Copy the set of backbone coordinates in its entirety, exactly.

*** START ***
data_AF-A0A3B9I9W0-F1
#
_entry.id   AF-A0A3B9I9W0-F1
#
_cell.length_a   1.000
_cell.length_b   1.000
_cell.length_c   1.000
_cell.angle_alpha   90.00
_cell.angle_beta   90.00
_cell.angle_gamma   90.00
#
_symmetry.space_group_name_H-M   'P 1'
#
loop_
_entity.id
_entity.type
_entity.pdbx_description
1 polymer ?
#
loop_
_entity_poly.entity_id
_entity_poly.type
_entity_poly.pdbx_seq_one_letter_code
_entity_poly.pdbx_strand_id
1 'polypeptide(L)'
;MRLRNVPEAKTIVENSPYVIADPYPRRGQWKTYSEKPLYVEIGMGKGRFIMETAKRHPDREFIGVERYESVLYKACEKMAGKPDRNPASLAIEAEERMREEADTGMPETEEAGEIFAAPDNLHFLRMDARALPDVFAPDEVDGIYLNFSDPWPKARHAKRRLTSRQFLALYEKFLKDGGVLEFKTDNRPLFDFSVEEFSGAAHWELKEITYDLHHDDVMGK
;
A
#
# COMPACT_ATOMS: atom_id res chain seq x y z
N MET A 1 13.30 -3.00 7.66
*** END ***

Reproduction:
data_AF-A0A3B9I9W0-F1
#
_entry.id   AF-A0A3B9I9W0-F1
#
_cell.length_a   1.000
_cell.length_b   1.000
_cell.length_c   1.000
_cell.angle_alpha   90.00
_cell.angle_beta   90.00
_cell.angle_gamma   90.00
#
_symmetry.space_group_name_H-M   'P 1'
#
loop_
_entity.id
_entity.type
_entity.pdbx_description
1 polymer ?
#
loop_
_entity_poly.entity_id
_entity_poly.type
_entity_poly.pdbx_seq_one_letter_code
_entity_poly.pdbx_strand_id
1 'polypeptide(L)'
;MRLRNVPEAKTIVENSPYVIADPYPRRGQWKTYSEKPLYVEIGMGKGRFIMETAKRHPDREFIGVERYESVLYKACEKMAGKPDRNPASLAIEAEERMREEADTGMPETEEAGEIFAAPDNLHFLRMDARALPDVFAPDEVDGIYLNFSDPWPKARHAKRRLTSRQFLALYEKFLKDGGVLEFKTDNRPLFDFSVEEFSGAAHWELKEITYDLHHDDVMGK
;
A
#
# COMPACT_ATOMS: atom_id res chain seq x y z
N MET A 1 13.30 -3.00 7.66